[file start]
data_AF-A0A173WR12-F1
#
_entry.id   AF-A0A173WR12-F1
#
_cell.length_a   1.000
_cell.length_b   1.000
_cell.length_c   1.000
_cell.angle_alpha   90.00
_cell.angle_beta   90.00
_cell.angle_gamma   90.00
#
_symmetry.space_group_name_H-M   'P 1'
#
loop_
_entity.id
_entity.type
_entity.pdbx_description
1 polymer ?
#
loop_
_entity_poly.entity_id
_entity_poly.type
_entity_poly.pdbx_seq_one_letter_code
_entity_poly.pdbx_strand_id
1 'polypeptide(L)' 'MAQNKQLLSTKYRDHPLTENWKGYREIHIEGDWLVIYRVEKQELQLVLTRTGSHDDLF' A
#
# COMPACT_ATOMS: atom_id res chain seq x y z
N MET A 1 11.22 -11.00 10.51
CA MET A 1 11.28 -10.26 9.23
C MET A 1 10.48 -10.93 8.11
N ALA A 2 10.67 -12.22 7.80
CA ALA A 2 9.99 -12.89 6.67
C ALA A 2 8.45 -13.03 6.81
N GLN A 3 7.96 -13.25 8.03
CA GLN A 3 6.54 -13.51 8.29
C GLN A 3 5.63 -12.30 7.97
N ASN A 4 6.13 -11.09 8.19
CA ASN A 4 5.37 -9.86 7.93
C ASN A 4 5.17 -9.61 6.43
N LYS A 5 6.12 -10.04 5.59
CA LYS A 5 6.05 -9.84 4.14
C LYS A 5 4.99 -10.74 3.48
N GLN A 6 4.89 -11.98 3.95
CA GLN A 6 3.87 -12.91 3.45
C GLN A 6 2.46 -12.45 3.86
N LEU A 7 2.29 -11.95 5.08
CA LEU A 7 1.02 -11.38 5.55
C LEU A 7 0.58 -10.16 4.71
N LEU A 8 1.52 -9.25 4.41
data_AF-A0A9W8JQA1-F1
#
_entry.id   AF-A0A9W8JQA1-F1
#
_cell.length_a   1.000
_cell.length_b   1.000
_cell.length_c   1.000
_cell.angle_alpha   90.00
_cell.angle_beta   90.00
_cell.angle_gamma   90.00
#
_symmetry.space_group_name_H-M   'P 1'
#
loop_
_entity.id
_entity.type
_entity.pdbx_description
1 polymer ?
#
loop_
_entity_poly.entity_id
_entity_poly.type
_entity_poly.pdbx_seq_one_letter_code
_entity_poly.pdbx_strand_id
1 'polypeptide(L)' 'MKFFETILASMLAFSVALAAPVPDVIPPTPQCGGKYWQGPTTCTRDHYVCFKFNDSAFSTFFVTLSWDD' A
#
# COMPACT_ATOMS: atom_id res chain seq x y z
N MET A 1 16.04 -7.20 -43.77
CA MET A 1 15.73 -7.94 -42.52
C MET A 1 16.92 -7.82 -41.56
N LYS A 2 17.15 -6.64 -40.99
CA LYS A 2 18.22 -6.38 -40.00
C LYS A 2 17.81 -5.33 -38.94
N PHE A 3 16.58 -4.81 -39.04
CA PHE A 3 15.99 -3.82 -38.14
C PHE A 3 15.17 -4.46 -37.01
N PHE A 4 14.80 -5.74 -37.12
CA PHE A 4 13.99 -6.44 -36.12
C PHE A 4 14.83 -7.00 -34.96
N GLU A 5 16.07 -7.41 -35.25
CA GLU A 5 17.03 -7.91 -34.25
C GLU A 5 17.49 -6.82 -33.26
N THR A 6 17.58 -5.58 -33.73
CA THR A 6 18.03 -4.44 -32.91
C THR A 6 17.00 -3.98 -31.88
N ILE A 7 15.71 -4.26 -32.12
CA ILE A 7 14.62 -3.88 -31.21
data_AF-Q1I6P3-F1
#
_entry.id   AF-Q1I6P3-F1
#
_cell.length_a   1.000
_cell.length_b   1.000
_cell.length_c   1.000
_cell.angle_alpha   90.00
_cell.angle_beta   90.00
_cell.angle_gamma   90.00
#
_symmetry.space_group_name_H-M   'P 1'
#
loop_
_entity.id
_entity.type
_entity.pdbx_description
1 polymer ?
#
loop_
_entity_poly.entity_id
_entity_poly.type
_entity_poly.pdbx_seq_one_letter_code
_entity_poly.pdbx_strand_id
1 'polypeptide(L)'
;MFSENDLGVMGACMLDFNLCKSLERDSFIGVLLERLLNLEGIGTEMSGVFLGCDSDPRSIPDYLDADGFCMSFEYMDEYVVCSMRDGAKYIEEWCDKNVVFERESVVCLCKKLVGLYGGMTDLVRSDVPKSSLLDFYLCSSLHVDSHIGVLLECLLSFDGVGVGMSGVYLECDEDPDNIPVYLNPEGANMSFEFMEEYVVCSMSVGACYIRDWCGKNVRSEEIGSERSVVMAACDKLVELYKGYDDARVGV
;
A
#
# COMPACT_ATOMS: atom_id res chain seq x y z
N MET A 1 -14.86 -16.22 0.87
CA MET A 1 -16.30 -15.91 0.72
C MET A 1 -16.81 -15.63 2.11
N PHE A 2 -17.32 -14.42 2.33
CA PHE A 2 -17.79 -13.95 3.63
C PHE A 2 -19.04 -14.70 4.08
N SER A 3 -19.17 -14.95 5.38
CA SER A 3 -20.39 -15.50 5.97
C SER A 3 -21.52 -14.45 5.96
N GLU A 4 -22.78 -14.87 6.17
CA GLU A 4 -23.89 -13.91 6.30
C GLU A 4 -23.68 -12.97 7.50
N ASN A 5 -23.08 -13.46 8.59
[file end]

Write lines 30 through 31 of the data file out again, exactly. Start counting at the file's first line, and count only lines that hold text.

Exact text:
C MET A 1 10.48 -10.93 8.11
N ALA A 2 10.67 -12.22 7.80